The internet is relied upon for many different functions. One thing that I see more of is STL via the public network. There are many ways to accomplish this using Comrex Bric links, Barix units, or simply a streaming computer.
We often can take for granted the infrastructure that keeps our connection to the public network running. Cable modems are very common as either primary or backup devices at transmitter sites, homes, offices, etc. The basic cable modem uses some type of DOCSIS (Data Over Cable Service Interface Specification) modulation scheme. This system breaks up the bandwidth on the coaxial cable into 6 MHz channels for downstream and upstream transmission. Generally, downstream transmission is 16 channels of 256-QAM signals. Upstream is 4 channels of QPSK or up to 64-QAM signals. Depending on your traffic shaping plan with the cable company, this will allow up to 608 Mbps down and 108 Mbps up. Those speeds also can change due to network congestion, which is the bane of coaxial cable-based internet service.
The internet should now be considered a public utility. Especially after the COVID-19 emergency, distance learning, telecommuting at all the other changes we are experiencing. I know in the past, ISPs were reluctant to accept that role, as there are many responsibilities. That being said, when the public network goes down, many things grind to a halt.
Sometimes the problem is at the cable office or further upstream. Loss of a backbone switch, trunk fiber, or DOCSIS equipment will cause widespread outages which are beyond anything a field engineer can deal with.
Then there are the times when it is still working, but not working right. In that situation, there are several possible issues that could be creating a problem. A little information can go a long way to returning to normal operation. One thing that can be done with most newer cable modems, log into the modem itself and look at the signal strength on the downstream channels. Again, most cable modems will use 192.168.100.1 as their management IP address. The username and password should be on the bottom of the modem. I also Googled my modem manufacturer and model number and found mine that way.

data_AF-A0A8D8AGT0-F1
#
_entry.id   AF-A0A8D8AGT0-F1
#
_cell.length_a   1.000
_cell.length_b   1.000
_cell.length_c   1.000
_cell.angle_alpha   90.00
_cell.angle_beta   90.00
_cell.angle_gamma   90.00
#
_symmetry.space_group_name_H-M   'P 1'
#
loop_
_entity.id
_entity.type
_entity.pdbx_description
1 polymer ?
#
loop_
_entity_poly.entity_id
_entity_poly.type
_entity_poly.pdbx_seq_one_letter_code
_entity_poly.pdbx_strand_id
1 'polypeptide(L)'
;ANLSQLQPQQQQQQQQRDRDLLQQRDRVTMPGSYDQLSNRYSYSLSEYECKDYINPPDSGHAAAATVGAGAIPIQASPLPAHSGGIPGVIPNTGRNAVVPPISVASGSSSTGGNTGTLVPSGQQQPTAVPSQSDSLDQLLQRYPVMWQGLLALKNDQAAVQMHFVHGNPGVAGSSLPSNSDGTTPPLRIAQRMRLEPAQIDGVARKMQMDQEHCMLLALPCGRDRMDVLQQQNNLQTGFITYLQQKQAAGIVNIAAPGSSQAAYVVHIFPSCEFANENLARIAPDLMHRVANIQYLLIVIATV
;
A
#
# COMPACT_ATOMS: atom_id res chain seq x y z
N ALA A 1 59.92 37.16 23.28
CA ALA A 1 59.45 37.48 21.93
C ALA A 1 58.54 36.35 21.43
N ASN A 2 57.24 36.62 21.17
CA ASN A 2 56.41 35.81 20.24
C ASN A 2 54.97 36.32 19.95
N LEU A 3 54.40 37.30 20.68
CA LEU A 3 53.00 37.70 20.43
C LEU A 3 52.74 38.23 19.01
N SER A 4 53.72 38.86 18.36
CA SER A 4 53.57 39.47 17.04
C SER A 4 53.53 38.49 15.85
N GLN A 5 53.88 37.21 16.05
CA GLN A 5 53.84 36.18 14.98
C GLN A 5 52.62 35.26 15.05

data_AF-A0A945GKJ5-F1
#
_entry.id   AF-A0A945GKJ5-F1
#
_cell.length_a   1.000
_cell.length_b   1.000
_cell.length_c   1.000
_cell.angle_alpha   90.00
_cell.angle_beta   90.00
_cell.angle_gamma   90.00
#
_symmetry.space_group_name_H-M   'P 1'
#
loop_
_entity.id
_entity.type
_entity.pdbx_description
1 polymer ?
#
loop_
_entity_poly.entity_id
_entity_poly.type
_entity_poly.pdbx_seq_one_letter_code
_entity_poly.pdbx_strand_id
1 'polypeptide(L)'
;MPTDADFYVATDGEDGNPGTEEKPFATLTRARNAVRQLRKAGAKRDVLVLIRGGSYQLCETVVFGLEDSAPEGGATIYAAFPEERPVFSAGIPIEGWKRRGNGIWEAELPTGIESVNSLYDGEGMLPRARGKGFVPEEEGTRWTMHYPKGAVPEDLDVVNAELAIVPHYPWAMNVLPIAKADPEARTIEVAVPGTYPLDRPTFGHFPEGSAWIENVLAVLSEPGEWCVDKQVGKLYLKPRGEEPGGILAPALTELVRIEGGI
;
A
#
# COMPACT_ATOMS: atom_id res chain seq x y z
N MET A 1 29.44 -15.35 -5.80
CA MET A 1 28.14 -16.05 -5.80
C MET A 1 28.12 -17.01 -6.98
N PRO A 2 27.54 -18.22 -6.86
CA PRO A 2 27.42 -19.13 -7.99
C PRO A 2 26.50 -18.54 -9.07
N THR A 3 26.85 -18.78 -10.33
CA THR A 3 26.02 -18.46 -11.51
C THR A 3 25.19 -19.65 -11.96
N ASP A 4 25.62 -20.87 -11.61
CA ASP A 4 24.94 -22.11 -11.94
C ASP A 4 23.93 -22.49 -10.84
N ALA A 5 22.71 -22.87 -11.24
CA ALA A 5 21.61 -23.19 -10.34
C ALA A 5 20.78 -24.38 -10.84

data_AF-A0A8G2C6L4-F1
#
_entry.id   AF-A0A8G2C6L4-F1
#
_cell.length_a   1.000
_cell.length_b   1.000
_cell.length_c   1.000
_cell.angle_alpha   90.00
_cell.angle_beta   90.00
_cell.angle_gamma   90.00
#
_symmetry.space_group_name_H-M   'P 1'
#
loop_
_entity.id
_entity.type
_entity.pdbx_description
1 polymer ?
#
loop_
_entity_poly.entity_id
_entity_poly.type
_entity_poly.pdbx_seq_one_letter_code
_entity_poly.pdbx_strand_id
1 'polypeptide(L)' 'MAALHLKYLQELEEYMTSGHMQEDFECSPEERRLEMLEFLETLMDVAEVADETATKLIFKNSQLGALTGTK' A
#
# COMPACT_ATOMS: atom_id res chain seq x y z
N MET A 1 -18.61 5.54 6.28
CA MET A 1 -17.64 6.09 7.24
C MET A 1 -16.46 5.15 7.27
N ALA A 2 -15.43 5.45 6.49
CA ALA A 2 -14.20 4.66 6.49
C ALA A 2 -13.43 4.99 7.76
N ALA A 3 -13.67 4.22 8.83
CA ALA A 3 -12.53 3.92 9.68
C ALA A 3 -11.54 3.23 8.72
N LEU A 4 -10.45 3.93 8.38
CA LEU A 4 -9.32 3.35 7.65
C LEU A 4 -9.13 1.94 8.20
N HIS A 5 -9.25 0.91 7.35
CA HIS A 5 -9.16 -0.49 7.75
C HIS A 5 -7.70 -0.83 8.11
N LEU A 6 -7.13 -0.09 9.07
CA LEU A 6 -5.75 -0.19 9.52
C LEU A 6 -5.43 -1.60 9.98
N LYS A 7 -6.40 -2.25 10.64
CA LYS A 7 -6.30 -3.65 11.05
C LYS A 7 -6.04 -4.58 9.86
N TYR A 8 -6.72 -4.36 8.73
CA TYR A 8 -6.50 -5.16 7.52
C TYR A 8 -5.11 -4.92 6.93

Navigate around until you find a screen that looks like this:
There is a lot of helpful information to look at. The first thing is the Pwr (dBmV) level. DOCSIS 3 modems are looking for -7 dBmV to +7 dBmV as the recommended signal level. They can deal with -8 to -10 dBmV / +8 to +10 dBmV as acceptable. -11 to -15 dBmV / +11 to + 15 dBmV is maximum and greater than -15/+15 dBmV is out of tolerance.
The next column to look at is the SNR (Signal to Noise Ratio). DOCSIS 3 needs to be greater than 30 dB and preferably 33 dB or greater.
The last two columns are the codeword errors. This is a Forward Error Correction (FEC) system that verifies the received data and attempts to correct any corrupted bits. The lower the codeword error number, the better the data throughput. Codeword errors are often due to RF impairments and can be a strong indicator of cable or connector issues. Another possible cause is improper signal strength, which can be either too high or too low.
Upstream data is transmitted on 4 channels.
The only statistic that is useful on the upstream channels is the Pwr, which should be between 40 and 50 dBmV.
I have found a few simple parts and tools that can sometimes restore a faltering cable connection. First, I have several attenuator pads; 3dB, 6dB and 10 dB with type F connectors. This has actually cured an issue where the downstream signal was too hot causing codeword errors. Next, some good Ideal weatherproof crimp-on F connectors for RG-6 coax and a good tool should also be in the tool kit. I have had to replace mouse-chewed RG-6 from the outside cable drop into the transmitter building. Fortunately, there was some spare RG-6 in the transmitter room.
If these attempts do not fix the issue, then of course, be prepared to waste a day waiting for the cable company to show up.